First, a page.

Track 4 sounds odd at 2:33 – is this a mastering issue?

Mike F

@Michael Fortin

– What’s the glitch?

@Omar – the original 12″ of Change fades just as it’s about to end properly. The longer version (also on the 1999 remaster) ends properly.


Thanks for this. Quite interesting.


Hmm… getting a bit frustrated here… still not received mine a week and a half after my despatch notice.
Will have to contact Universal again…

Still, everything I have read seems to prove it is worth the wait.
Hope they give “Songs from…” similar treatment.

JJ Delmas

Got my copy yesterday at FNAC. Nice job and at a very reasonable price for its content. The remastered sound is very lively and feels like it was recorded yesterday! However, I am quite surprised by the lack of printed lyrics, considering the booklet and the facsimile tourbook included.


No lyrics?? WTF??? And that with a band that was so keen to put their message forward, and admitted it was a concept album?

I mean, not to put this set down, but that’s just ridiculous. Lyrics are elemental! (pun intended)

Michael Fortin

Anyone else hear an audio glitch at 2:25 in “Ideas as Opiates”? It’s there on Spotify too so I don’t think it’s my CD.

I have the 2-CD edition.


Yes, there’s a tiny background glitch on the CD1 version isn’t there. Not as bad as the kind that affected the My Bloody Valentine reissue last year, though. The waveform shows a small spike at 2:25.

Howard May

The audio glitch in “Ideas for Opiates” mentioned was also on another master (24/96) supplied by UM for another purpose. Clearly, this glitch (a digital drop-out in the left-hand channel only compensated for, quite badly, by interpolation) was not picked-up during QC for the CD. I am now part of the mastering process and have complained about this, and am listening right now in the studio to a new master which does not have this artefact. This master is intended to be used for all future re-releases.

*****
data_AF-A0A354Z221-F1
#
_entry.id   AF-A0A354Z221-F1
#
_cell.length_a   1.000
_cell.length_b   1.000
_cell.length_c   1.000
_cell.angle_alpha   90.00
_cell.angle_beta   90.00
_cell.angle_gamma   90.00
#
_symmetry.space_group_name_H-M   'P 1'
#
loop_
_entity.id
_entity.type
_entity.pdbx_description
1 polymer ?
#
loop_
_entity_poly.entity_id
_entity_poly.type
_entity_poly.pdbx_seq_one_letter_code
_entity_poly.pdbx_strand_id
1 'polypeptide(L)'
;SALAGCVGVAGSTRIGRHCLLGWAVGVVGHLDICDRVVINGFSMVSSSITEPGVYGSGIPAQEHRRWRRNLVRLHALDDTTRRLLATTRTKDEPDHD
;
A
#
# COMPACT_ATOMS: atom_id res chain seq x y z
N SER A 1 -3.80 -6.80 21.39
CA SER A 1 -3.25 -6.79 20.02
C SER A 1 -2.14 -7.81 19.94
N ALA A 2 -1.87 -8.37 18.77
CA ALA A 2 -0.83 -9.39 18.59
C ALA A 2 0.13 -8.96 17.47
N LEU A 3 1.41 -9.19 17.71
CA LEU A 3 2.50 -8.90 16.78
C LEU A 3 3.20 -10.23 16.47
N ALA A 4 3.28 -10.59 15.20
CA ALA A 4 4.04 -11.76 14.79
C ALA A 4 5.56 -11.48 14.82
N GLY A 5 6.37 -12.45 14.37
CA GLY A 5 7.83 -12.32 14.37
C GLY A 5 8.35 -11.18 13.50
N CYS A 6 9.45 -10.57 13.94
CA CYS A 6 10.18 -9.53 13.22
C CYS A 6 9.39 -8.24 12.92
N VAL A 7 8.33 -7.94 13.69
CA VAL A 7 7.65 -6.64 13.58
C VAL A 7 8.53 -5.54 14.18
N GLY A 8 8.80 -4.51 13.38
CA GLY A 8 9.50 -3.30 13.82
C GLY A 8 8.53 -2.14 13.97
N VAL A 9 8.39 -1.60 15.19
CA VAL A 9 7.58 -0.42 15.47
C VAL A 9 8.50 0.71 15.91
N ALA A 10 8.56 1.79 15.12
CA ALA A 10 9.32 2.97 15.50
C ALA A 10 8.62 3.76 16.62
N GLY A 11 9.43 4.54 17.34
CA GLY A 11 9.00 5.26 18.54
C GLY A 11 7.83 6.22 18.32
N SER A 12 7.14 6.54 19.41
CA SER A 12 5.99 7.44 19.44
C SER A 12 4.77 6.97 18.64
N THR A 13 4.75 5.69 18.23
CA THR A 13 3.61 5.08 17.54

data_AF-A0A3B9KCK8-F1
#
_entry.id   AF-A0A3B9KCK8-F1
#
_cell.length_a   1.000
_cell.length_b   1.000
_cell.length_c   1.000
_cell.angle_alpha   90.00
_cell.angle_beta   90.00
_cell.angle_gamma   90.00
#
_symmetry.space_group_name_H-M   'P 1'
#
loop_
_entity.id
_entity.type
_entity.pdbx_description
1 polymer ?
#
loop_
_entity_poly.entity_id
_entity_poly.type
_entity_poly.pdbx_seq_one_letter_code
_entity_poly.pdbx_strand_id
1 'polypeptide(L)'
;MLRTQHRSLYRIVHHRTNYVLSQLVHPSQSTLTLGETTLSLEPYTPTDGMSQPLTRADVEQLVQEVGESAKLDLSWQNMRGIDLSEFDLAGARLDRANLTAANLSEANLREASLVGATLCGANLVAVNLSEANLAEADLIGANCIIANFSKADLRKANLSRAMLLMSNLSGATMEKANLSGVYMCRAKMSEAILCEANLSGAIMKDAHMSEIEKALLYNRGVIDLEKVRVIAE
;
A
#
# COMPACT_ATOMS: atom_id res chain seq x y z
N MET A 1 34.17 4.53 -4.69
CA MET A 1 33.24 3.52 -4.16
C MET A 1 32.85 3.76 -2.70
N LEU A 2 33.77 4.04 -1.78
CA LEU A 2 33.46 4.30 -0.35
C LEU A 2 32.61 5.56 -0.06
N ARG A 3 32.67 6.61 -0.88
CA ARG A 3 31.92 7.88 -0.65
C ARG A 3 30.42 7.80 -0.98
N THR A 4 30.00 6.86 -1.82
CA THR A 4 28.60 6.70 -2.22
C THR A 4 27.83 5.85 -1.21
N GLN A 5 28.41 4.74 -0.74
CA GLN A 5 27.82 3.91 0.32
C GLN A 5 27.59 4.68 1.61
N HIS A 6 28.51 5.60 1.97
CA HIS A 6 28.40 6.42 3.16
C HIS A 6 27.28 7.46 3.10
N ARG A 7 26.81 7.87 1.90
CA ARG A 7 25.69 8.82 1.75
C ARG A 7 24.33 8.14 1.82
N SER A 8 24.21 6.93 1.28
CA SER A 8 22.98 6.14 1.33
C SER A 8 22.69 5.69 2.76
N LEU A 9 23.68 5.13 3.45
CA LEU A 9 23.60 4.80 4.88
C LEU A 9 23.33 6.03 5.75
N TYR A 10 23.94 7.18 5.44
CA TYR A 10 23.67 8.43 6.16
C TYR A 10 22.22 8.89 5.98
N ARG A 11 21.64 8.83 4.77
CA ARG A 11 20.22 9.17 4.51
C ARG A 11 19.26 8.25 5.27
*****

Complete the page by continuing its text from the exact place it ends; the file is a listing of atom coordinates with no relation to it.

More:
I’m quite surprised at the price of both sets compared to other recent reissues, i am sure its worth the premium, but it is top end for a basic reissue?

David Whiting

Just received the 2CD. It is wonderful. Haven’t heard some of these songs for years. The set sits nicely against my test pressing of the first 12″. The stamp says “Tears For Fars”.
Just a small thing, Palmer is spelt “Plamer” on the credits.


Matches the Chris Huges on the back of the bonus Change 7″ that came with the box set. Maybe they were put there on purpose for the anoraks to spot?!

Michael Fortin

Never heard this album before, but I picked up the 2-CD deluxe edition because of this site. Can’t wait to hear it!


Yet another ace interview. Cheers Paul!

Andrea Grasso

This is a great interview and all the questions are very spot-on! But I also would have asked why they didn’t want to include Saxophone As Opiates…also, Roland didn’t want to include Wino but in the end it was included all the same, so who had the final say about what to include?
Anyway I’m disappointed that he doesn’t like the song, since I find it a very good song!

Jan Arne Hansen


Don’t give up hope!

I live in Denmark, and I received the box set two days ago, and the single came seperately today.


Great interview, thanks. As for this album I have to say I will continue to buy every new issue of it. Just one of those albums that never fades.


Last line funny!

Steve Marine

YAY! Thank you so much for this interview. When I read that you were involved with the Hurting re-release I was hoping there would be an eventual interview. And it’s great! THANKS!!!


Got my 2cd set yesterday. Love it ! My only question is about Change. The (New Version) runs at 4.40min where’s the vinyl mix is 5.14min. Do we actually have an edited mix here or what ? Also the ext. mix runs at 6.01 min where as all previous cd and vinyl mixes are listed at 5.51 min. Not complaining just wondering…


Excellent interview! SDE just gets better and better.


I love this site – interviews like this are just fab!
Only glanced at it so far but I look forward to reading it when I have a moment or two to take it in properly.

Thanks SDE.

P.S. Unfortunately even though I had a despatched notice neither my deluxe box nor my 7″ have arrived. Pretty disappointed…
Maybe my Postie is a TFF fan :-)